but with more coins, comes
more things to purchase.

Just like with item placement,

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enemy placement has also been changed.

So you’ll be in for a few new scares.

And enemies are, just in general,
obviously, more difficult.

Ammo is also more scarce,

which makes dealing with
more powerful enemies

a bit more problematic.

You have to be so strategic,
so accurate, and so on it.

Along with that, Jack Baker is
also way faster on Madhouse.

So when he shows up, you’d
better run for a safe room

as quickly as you can.

And just get used to him,

’cause he seems to show up a bit more.

And just like with
classic “Resident Evil,”

you can’t save wherever you want,

and you’ll have to use
blank tapes to save.

And checkpoints are
just way less frequent,

so good luck with that stuff.

Now, next, over at number
seven, we wanted to give props,

we wanted to mention something
a little bit different here.

“Guitar Hero” and “Rock Band.”

Remember when these
games were poppin’ off?

Man, that was a great time.

Especially if you had friends.

Now, these types of games had
plenty of difficulty modes,

and it was fun to jump into.

But the highest difficulty,
expert, was on another level.

I mean, you’ve probably
seen the viral videos

of people crushing the
game on wild difficulties.

Remember “Through the
Fire and Flames?” Yeah.

At the highest difficulty,

you’re basically hitting every actual note

of the instrument in
the song, in real-time,

and strumming the fastest
along with it, thanks to that.

So it can basically become
god-tier-level stuff to the point

where you’re almost actually
learning an instrument.

You know, at that point,
maybe you just should.

It’s also worth outing the other game,

the kind of spinoff game “Rocksmith,”

takes us to the next level.

Taking these gameplay concepts
and translating it over

to actually playing on a real guitar.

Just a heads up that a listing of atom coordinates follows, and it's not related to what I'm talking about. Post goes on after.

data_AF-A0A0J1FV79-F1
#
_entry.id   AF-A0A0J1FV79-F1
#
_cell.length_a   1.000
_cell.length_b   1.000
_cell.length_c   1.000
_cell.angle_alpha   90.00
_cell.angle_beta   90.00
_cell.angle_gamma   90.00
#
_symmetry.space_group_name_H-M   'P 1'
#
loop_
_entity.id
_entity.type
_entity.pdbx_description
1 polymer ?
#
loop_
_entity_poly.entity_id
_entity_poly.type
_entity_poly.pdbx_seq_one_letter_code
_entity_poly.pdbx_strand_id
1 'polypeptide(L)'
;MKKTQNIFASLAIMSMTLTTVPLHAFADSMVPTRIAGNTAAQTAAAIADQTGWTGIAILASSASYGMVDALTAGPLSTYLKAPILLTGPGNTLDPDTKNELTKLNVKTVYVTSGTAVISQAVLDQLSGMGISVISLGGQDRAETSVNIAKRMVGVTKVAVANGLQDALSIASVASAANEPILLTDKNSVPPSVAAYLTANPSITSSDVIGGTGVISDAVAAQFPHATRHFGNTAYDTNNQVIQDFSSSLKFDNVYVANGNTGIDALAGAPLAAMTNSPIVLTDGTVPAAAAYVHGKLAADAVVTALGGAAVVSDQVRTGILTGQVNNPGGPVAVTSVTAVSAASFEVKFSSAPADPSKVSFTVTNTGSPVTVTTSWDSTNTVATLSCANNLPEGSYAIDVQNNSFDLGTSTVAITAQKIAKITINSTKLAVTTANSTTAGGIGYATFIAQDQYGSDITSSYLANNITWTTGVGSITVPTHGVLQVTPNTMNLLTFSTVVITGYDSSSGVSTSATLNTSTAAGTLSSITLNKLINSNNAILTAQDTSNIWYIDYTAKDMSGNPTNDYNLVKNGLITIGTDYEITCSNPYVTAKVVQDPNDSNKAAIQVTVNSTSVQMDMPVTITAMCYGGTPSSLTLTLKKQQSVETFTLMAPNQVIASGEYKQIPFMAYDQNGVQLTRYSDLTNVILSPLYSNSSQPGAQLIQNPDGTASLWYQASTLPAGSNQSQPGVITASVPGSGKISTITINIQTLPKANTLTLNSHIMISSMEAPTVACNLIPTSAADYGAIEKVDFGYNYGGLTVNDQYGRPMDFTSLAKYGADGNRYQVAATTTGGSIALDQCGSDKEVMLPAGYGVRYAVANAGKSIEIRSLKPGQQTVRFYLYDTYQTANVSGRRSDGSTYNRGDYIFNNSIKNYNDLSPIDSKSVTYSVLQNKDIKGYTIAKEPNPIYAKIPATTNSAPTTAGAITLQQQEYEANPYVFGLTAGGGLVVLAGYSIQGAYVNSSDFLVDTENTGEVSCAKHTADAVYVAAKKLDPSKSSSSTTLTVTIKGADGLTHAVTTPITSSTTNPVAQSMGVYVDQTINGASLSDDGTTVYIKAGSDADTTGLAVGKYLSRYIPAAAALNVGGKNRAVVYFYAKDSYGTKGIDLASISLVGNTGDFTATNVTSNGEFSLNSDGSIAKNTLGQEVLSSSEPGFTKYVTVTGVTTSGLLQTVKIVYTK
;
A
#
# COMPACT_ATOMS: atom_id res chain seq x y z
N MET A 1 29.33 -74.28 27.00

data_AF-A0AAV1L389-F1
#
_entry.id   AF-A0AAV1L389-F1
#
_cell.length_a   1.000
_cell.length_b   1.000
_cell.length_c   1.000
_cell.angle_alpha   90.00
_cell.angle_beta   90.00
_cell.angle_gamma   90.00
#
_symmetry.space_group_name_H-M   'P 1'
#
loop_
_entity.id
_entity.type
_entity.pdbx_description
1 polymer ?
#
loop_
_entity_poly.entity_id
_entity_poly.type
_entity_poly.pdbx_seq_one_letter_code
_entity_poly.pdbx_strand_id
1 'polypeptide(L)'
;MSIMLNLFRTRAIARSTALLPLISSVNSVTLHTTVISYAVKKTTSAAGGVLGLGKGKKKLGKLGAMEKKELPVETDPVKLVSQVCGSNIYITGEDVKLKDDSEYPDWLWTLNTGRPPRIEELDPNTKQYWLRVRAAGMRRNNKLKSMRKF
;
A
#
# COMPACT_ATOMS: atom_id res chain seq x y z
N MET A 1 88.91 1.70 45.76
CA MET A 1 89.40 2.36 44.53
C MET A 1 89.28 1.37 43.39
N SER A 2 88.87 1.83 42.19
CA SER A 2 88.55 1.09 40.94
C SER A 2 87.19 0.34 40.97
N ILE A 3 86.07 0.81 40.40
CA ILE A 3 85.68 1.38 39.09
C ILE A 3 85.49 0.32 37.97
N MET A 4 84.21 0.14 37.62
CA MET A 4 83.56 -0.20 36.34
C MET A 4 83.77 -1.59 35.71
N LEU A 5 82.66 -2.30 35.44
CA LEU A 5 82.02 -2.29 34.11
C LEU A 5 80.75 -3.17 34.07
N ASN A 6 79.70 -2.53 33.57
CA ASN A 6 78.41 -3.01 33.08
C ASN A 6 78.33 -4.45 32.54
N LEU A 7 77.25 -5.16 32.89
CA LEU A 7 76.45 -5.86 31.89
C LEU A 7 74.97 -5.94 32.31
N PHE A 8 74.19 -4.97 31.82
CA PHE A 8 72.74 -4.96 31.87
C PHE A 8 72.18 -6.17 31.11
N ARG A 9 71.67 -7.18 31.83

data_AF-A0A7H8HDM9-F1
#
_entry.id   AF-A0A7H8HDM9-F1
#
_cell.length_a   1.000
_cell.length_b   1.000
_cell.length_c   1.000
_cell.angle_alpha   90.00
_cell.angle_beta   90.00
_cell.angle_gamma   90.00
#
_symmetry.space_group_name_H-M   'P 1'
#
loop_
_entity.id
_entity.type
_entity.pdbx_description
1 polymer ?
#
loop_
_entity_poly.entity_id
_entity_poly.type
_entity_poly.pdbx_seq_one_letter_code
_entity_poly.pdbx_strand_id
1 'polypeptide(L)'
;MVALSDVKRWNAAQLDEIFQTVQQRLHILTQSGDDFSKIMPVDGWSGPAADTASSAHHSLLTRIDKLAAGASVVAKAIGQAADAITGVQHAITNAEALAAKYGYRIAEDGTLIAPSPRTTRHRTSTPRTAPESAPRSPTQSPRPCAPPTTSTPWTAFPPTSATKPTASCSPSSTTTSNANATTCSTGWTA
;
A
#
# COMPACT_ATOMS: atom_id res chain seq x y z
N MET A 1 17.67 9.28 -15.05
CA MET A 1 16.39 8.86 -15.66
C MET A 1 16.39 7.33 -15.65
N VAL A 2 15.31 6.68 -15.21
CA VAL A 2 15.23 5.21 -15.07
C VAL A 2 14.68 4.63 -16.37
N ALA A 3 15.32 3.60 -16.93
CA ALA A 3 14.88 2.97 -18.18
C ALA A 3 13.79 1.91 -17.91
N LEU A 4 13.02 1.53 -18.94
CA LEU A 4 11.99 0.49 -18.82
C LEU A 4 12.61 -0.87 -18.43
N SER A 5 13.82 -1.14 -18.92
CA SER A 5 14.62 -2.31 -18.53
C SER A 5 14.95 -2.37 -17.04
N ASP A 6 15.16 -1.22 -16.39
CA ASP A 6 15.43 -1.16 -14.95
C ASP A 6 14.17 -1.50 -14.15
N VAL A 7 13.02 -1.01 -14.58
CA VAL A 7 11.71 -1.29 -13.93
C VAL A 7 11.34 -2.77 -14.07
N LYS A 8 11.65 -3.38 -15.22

You know, taking at least some
of these gameplay concepts

and translating it over to
playing on a real guitar

that you plug into your video game.

So the hardest challenge on “Rocksmith”

is really the ultimate level.

Congrats. You know how to play guitar now.

(guitar rock music)

Next, over at number
six, the “Thief” games.

Just an incredibly underrated
stealth game franchise

from the classic PC days.

1998’s “Thief: The Dark Project,”

had three difficulty modes,

and the highest one
really ramped things up

in good stealth gameplay way

that really kind of paved
the way for the future.

You know, more objectives,
like not killing a soul,

not getting hit, leaving
absolutely zero trace,

actually having a certain
amount of loot you had to steal.

There was actually a numbered requirement.

And changing and altered
and new objectives,

which is always nice for replayability.

But it was important that these games

had these different things
for different difficulty modes

because then we got to see more of that

in games like “Hitman,”

where you get scored for
prioritizing perfect stealth,

leaving no trace, maybe
never taking a disguise,

not killing anyone.

That stuff is really important

for stealth game completionists,

and, thanks to games like
“Thief,” we have that today.

Next, over at number five,
let’s talk “Fallout 4.”

You know, for a game that’s all about

surviving in the wasteland,